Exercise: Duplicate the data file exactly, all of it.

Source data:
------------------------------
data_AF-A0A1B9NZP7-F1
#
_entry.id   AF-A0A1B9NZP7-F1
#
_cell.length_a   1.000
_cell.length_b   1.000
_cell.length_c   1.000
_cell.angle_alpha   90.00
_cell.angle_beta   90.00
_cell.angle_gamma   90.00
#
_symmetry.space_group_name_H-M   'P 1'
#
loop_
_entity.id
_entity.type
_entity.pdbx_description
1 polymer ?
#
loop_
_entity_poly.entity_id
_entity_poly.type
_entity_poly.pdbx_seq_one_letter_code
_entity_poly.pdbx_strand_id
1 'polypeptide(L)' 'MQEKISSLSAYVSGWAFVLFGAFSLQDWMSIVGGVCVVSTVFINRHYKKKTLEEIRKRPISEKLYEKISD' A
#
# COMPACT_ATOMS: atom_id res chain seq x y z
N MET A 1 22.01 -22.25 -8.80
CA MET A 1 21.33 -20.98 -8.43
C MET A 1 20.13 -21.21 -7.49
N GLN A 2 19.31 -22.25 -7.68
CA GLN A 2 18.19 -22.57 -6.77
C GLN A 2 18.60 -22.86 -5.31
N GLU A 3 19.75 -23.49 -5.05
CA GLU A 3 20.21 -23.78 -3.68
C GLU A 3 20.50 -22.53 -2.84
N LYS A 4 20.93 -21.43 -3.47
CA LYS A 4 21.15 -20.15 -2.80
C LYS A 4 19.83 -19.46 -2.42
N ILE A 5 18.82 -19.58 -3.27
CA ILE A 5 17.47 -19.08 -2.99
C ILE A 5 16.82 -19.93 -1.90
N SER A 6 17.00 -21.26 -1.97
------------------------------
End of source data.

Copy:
data_AF-A0A1B9NZP7-F1
#
_entry.id   AF-A0A1B9NZP7-F1
#
_cell.length_a   1.000
_cell.length_b   1.000
_cell.length_c   1.000
_cell.angle_alpha   90.00
_cell.angle_beta   90.00
_cell.angle_gamma   90.00
#
_symmetry.space_group_name_H-M   'P 1'
#
loop_
_entity.id
_entity.type
_entity.pdbx_description
1 polymer ?
#
loop_
_entity_poly.entity_id
_entity_poly.type
_entity_poly.pdbx_seq_one_letter_code
_entity_poly.pdbx_strand_id
1 'polypeptide(L)' 'MQEKISSLSAYVSGWAFVLFGAFSLQDWMSIVGGVCVVSTVFINRHYKKKTLEEIRKRPISEKLYEKISD' A
#
# COMPACT_ATOMS: atom_id res chain seq x y z
N MET A 1 22.01 -22.25 -8.80
CA MET A 1 21.33 -20.98 -8.43
C MET A 1 20.13 -21.21 -7.49
N GLN A 2 19.31 -22.25 -7.68
CA GLN A 2 18.19 -22.57 -6.77
C GLN A 2 18.60 -22.86 -5.31
N GLU A 3 19.75 -23.49 -5.05
CA GLU A 3 20.21 -23.78 -3.68
C GLU A 3 20.50 -22.53 -2.84
N LYS A 4 20.93 -21.43 -3.47
CA LYS A 4 21.15 -20.15 -2.80
C LYS A 4 19.83 -19.46 -2.42
N ILE A 5 18.82 -19.58 -3.27
CA ILE A 5 17.47 -19.08 -2.99
C ILE A 5 16.82 -19.93 -1.90
N SER A 6 17.00 -21.26 -1.97